Biologic parents are haplocompatible, or half-matched, with their children since every child inherits half of the total number of histocompatibility genes from their mother and half from their father. Siblings, on the other hand, have a 50 percent chance of being haplocompatible. The purpose of the Haplocompatible Donor Program at UCSF Benioff Children's Hospital is to study the effectiveness of using stem-cell enriched, T-cell depleted peripheral blood stem cells (PBSC) for transplantation into children with:
- Leukemia and pre-leukemia, such as myelodysplasia
- Marrow cell defects, such as aplastic anemia
- Cytopenias that result in the absence of red blood cell, platelet or white cell production
- Severe immunodeficiency diseases
The program evaluates the ability of this processed source of marrow stem cells, along with high dose chemotherapy and radiation therapy, to engraft and restore the functioning of the body's immune system.
T Cell Depletion
In order for a haplocompatible donor bone marrow transplant to work, the stem cells must be specially treated after they are collected from the donor and before they are transplanted into the patient. This treatment depletes the donor T lymphocytes, which are white cells important for fighting infection and cancer cells in the body. Donor T cells can cause a reaction called graft-versus-host disease (GvHD) when they attack certain tissues or organs of the transplant recipient. Donor T cells also are important in helping the donor stem cells to engraft in the patient.
The risk of GvHD increases the more mismatched or incompatible the donor is with the recipient. Parents and most siblings are usually only partially compatible with their children. Therefore this donated marrow or PBSC must be treated to remove the T cells that are responsible for GvHD.
There are advantages and disadvantages to T cell depletion. The technique that we use significantly reduces the risk of GvHD both in terms of its chances of occurring, as well as its severity if it does occur. However, because donor T cells are important for engraftment, there is an added risk that the marrow stem cells might not engraft. In order to improve the chances that they will engraft to greater than 95 percent, radiation treatment must be added to the conditioning regimen in most cases.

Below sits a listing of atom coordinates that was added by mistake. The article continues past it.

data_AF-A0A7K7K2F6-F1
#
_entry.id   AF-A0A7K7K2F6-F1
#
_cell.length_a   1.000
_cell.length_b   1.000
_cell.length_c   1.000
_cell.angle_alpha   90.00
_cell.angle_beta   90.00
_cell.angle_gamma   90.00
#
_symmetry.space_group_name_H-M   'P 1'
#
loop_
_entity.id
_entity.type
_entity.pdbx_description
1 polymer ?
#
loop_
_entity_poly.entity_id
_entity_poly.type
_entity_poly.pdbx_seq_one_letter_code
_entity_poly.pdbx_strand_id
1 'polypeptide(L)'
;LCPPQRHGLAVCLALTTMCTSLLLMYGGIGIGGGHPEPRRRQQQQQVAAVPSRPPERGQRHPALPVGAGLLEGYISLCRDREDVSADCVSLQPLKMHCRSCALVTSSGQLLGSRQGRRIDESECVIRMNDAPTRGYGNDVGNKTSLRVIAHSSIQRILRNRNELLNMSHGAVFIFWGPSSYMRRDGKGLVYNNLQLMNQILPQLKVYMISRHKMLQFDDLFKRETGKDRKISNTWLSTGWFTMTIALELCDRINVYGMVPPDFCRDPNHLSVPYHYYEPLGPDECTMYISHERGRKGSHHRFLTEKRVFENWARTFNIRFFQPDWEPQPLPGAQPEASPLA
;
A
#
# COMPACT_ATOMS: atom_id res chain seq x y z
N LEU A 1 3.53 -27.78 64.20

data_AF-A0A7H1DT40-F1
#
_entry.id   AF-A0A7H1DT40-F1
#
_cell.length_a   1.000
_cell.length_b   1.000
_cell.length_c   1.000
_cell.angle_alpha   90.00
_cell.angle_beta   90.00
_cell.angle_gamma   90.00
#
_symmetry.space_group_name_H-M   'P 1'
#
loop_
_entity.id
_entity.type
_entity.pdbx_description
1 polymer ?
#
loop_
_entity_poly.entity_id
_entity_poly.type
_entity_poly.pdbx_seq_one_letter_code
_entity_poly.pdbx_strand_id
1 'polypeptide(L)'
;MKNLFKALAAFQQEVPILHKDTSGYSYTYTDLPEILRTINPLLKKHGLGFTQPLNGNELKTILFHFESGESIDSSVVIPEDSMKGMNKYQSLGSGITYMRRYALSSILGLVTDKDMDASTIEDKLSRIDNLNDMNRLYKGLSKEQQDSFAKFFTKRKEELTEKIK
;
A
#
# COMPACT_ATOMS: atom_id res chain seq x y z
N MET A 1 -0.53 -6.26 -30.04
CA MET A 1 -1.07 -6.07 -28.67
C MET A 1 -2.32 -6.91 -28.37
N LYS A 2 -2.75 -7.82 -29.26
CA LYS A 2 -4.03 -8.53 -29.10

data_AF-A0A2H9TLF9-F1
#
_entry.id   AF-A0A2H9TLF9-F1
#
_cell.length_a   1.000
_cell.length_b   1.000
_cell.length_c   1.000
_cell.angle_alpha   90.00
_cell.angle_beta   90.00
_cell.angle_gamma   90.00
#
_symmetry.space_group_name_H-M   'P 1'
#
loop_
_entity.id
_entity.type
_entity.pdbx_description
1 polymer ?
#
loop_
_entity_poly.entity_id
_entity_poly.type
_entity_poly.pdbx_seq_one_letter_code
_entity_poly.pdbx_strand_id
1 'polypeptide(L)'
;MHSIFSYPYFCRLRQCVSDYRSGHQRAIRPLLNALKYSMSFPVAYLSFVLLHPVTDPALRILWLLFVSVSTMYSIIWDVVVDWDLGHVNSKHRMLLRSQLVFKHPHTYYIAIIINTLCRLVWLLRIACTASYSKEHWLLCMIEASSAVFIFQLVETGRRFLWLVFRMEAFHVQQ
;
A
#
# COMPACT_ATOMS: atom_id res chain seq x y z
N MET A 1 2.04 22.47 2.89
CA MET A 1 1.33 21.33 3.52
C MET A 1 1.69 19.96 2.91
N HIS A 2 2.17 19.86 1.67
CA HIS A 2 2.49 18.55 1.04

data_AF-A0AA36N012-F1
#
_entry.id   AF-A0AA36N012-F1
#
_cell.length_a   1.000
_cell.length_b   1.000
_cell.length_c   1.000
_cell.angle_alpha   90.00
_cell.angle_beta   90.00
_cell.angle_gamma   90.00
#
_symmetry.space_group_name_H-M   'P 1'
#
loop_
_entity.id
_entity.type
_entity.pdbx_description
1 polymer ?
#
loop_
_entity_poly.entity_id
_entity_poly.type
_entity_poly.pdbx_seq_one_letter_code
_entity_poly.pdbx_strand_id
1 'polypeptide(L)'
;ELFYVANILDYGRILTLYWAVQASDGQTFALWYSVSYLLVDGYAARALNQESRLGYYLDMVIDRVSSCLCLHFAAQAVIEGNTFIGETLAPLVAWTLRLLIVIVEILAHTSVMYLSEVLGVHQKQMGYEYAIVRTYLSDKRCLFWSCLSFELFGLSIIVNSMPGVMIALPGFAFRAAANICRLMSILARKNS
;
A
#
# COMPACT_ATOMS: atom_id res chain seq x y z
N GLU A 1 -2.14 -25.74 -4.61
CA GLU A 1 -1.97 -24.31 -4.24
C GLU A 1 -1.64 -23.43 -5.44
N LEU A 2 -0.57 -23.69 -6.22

Also, there may be a delay in the recovery of the immune system, resulting in a higher risk of infections after transplant. T cell depleted marrow from a parent, sibling or first cousin may be considered for children who do not have a human leukocyte antigen (HLA) matched related or unrelated donor.
The UCSF Pediatric BMT Program is currently evaluating a novel approach to using haplocompatible donors in order to improve the safety and optimize success of this kind of transplant. Based on information acquired over the past 20 years of doing these transplants at UCSF, we have modified both the composition of the donor cells in the graft and the conditioning regimen. In addition, we have instituted highly sensitive techniques for monitoring engraftment and detecting early infections in order to optimize engraftment while minimizing the delay in immune reconstitution.
Haplocompatible Peripheral Blood Stem Cells